Positive and negative proofs in blockchain audits

As the old logical fallacy goes - you can't prove a negative, and absence of evidence is not evidence of absence. While for a long time this might've been true in various financial audits - you could only prove that some invoice existed, not that there were no invoices you missed - thanks to the blockchain technology things might change in the near future.

Positive vs negative proof

In general, we use positive proofs a lot in our everyday lives and in business. To create a positive proof, we only need to show that something exist - show an invoice of a transaction, a recording of a conversation, etc. Even in the Bitcoin Genesis Block Satoshi used a positive proof - a quote from The Times to prove that the Block could not have been created before 2009-01-03.

Negative proofs, while applicable in mathematics and some other cases, are often used in logical fallacies. If your goal is to prove for example, that there are no mice in the attic. You can easily disprove that theory with a positive proof if you find a single mouse there. However, searching the attic and not finding anything only proved that you have no evidence there are mice there, not that you had a proof there were no mice there. A subtle, but important difference.

Proofs on the blockchain

As in most cases, it is easy to create a positive proof on a blockchain. Point to a transaction paying for a particular invoice, if it is included in a block with 6+ confirmations, it's all you need.

Now, what if instead we are being audited and we have to produce an exhaustive list of all transactions we sent and received? It is possible, but we would have to do some preparations beforehand.

Cryptographic audit on the blockchain

First of all, we need to establish some way of uniquely declaring some data, saying "I am X and this is a message coming from me: ...". If we had something like government-issued unique digital signatures, that would be good enough. Alternatively, we could rely on some less infallible methods - notarized letters, tweets from some official handles, posting information on our website for everyone to see, perhaps sending the information to our competitors (if we try to lie about something, they would benefit from calling us out). Once we can prove that we as the person or a corporation were the authors of any given message, we can use cryptographic digests to prove any piece of data is coming from us, and coupled with embedding messages into the Bitcoin blockchain for timestamping (directly, or through Factom for example), we can create tight time bounds on when the data was created.

Why do we need all of this? Well, depending on how we use the blockchain, we will need to be able to create timestamped commits / anchors that we have to prove came from us.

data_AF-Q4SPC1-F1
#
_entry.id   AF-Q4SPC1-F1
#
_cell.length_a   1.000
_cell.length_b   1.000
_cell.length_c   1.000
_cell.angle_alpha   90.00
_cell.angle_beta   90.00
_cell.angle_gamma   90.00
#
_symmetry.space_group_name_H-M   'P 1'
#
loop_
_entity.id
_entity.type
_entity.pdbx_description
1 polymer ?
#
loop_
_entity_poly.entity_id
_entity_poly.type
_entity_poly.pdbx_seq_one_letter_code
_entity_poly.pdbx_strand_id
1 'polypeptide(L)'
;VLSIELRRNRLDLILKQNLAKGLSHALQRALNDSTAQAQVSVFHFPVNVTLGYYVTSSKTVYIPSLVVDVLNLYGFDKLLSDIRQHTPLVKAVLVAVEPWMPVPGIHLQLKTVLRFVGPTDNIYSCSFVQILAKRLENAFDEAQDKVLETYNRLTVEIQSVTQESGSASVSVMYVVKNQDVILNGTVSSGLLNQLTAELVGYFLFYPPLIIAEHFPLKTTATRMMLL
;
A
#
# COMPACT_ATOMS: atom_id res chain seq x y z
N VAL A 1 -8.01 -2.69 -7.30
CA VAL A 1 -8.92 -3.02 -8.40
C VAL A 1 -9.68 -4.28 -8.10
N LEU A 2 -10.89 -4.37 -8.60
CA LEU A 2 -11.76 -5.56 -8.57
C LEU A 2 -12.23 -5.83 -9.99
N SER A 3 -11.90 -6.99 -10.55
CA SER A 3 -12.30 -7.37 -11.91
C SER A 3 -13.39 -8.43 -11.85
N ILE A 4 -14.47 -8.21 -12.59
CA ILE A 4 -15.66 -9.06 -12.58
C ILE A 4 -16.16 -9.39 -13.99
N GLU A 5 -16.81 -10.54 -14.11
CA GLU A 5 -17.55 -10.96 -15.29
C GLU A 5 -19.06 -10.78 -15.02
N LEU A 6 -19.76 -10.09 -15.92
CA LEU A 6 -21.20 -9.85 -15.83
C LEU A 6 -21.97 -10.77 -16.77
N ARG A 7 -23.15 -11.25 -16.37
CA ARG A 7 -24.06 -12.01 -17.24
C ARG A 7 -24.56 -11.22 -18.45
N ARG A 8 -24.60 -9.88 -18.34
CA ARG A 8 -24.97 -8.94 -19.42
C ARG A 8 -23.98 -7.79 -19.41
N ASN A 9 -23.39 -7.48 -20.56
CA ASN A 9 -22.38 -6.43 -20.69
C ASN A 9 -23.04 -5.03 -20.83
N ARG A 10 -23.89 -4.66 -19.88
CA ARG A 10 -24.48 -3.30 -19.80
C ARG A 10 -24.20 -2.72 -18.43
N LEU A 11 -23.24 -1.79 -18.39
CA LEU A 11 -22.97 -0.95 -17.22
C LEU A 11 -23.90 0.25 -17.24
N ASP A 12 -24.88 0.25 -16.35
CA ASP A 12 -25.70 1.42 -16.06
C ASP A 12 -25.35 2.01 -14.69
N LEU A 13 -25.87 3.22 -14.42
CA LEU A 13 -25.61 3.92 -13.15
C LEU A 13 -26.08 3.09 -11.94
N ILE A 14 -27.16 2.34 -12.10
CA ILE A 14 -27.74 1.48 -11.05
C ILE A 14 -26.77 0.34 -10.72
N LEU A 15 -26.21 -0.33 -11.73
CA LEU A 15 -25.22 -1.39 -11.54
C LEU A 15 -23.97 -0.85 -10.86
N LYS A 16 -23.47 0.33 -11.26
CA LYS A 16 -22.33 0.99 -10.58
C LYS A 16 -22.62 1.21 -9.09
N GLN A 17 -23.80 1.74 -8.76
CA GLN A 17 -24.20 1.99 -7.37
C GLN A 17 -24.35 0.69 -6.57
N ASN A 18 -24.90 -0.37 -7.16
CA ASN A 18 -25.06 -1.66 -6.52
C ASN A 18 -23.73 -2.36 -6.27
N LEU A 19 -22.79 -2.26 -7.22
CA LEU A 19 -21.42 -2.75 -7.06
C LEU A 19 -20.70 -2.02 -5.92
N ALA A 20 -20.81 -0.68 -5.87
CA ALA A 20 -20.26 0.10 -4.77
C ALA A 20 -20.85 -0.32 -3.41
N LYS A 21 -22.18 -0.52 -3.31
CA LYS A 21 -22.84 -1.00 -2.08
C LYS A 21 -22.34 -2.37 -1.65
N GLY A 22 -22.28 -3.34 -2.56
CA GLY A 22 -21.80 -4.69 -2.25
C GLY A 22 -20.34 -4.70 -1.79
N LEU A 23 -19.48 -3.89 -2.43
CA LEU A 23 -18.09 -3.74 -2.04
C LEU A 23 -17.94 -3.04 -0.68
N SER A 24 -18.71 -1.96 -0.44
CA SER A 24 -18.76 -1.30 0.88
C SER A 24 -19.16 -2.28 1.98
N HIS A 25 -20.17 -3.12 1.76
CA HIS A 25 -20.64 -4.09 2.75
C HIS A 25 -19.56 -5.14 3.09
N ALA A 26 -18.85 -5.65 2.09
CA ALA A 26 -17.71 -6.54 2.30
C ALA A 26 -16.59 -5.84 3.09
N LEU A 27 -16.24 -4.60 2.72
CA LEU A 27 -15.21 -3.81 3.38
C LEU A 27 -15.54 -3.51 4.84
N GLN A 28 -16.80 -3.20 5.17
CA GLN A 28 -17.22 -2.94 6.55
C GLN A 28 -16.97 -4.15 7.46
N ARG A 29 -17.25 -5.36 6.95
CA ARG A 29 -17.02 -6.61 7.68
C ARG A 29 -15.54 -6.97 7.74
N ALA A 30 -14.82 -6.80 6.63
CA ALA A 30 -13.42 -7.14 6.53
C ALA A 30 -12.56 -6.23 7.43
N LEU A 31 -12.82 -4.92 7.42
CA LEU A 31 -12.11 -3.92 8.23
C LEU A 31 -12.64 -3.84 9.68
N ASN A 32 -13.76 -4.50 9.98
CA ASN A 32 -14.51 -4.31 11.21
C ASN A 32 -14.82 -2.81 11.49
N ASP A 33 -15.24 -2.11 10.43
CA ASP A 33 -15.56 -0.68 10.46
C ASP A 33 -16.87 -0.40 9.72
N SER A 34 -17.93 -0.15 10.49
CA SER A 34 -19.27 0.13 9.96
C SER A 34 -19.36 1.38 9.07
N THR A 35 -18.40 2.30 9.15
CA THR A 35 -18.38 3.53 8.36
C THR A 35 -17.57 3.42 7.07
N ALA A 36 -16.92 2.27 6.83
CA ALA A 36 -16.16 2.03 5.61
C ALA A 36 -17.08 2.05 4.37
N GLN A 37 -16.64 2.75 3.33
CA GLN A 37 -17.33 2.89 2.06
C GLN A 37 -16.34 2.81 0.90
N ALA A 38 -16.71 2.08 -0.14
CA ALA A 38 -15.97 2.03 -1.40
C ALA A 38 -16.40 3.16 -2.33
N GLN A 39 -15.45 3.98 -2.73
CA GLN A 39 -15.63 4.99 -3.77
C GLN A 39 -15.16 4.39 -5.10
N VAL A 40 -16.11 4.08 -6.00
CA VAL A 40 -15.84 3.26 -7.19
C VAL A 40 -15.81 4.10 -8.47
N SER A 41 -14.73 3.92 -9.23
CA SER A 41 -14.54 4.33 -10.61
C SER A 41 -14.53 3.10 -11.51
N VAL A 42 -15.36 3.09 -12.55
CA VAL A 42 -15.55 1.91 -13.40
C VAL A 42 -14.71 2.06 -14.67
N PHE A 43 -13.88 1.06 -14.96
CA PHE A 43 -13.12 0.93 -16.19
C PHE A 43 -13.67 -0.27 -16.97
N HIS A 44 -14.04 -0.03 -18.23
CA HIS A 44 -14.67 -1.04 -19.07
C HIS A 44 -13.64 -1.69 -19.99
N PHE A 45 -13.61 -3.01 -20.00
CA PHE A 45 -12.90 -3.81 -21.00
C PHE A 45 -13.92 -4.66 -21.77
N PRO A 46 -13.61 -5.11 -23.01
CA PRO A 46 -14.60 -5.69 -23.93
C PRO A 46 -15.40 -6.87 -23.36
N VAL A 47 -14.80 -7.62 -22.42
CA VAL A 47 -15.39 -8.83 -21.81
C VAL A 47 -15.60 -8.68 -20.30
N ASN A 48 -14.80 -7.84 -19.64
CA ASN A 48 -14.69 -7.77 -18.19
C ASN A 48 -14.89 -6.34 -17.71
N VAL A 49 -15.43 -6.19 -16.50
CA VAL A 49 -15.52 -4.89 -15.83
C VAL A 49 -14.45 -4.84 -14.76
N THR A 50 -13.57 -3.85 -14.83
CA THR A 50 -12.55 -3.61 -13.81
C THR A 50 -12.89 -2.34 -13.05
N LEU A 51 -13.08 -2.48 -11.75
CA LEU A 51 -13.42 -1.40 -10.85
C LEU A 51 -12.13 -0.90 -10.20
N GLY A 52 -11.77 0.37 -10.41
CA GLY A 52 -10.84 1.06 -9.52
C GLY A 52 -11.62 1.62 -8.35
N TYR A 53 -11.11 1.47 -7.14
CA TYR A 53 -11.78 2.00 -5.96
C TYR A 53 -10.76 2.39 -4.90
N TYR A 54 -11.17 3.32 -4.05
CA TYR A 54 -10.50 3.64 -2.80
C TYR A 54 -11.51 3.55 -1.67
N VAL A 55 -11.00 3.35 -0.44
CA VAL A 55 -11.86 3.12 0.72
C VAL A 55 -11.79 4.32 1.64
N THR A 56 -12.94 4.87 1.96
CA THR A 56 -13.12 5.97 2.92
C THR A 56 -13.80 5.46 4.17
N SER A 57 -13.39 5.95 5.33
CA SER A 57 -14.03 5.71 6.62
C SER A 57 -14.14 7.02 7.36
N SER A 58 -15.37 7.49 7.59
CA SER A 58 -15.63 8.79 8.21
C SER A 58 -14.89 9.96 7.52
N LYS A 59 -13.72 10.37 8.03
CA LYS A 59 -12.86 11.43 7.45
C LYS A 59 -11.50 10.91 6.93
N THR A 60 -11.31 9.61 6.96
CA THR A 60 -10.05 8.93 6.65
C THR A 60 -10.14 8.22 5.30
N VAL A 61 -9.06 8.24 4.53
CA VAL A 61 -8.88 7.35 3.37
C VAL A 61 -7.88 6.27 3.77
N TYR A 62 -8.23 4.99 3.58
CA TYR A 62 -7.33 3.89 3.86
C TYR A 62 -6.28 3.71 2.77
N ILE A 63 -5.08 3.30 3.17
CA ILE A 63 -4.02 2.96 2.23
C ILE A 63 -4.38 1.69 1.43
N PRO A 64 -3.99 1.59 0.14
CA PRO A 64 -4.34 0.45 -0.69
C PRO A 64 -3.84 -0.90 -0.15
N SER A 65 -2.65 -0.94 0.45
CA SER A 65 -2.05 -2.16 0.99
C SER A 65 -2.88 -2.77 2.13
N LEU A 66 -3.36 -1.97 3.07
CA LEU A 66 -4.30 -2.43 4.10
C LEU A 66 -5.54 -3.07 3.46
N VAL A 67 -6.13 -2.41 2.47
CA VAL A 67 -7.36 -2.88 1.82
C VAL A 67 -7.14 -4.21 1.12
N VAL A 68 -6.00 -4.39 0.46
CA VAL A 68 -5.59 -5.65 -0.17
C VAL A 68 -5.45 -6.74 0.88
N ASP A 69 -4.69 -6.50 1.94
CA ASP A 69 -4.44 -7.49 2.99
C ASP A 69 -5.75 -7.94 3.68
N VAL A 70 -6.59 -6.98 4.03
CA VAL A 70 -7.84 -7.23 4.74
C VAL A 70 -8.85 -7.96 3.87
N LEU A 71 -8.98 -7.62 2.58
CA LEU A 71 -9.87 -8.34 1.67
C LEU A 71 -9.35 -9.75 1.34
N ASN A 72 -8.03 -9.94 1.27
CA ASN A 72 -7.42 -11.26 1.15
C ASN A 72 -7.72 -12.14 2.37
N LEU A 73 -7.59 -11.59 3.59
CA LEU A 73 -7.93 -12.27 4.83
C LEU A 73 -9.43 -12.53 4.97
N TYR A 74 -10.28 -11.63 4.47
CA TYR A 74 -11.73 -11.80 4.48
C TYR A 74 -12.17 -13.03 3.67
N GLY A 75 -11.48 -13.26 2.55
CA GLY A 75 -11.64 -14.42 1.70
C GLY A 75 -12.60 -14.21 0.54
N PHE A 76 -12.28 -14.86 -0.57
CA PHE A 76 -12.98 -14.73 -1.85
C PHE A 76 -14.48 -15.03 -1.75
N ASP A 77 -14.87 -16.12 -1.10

If we only use one address on a public blockchain for all of our transactions, we have to commit to that address early on through the above scheme - "I am X, and I will be using the address 1PiachuEVn6sh52Ez7o6Fymvw54qvQ4RBm".

If we use multiple addresses on a public blockchain, it would be best if all of those addresses were derived from a single address in some predictable fashion. For example, we could use split-key address generation, multiplying the base private key by a sequential list of integers. This way, we can easily disclose the public key of the seed and allow any auditor to derive all of the other public keys, while still keeping our private keys safe. This way we only need to declare one address early on to create a full proof for the audit.

If the blockchain we are using is private, whether it is used only by us internally or by multiple parties, it would need to be anchored into the Bitcoin blockchain periodically to prove it wasn't altered in any way (Factom does this for example). Once we have that, we would also need a complete copy of the blockchain (or at least the relevant slice between two anchors) as part of the audit. If it is our internal blockchain, it would be analysed in whole, if it is shared - we would need to indicate which parts we used just like in the public blockchain scenarios.

Having gone through all of that effort, we can finally create our final data compilation for our audit, consisting of:

  • The entire block history in the slice of time we are analysing (say, all of 2010)
  • Whatever else is needed to prove the block history was unaltered. This can come in block header chain up to the newest Bitcoin block, simplified-payment-verification-esque branches of anchor transactions included in blocks, etc
  • Our original commits to the addresses we would use (if applicable), along with the necessary proofs that we committed to them at the appropriate time
  • Any relevant metadata we wish to submit (descriptions of which transaction was for what, etc.)

Finally, we would have not only a cryptographically verifiable proof that all of the transactions took place, but also have irrefutable proof of the time frame they took place in (we couldn't forge a few extra transactions from last year after the fact) and be able to prove that we didn't omit any piece of data - creating a negative proof.

The last one is possible because the records we are dealing with are cryptographically sealed (we can't alter the blockchain without invalidating its future, which would be evident), but also public and finite (we CAN iterate over every block and every transaction and check whether it is relevant to the audit or not). This way we not only provide every relevant transaction, but prove there are no relevant transactions we didn't provide.


Thanks to the advent of cryptography and blockchain technology with atomic, countable transactions, it is now possible to create an undeniable cryptographic provable complete audits. Hopefully this will help us avoid more audit fraud cases in the future...

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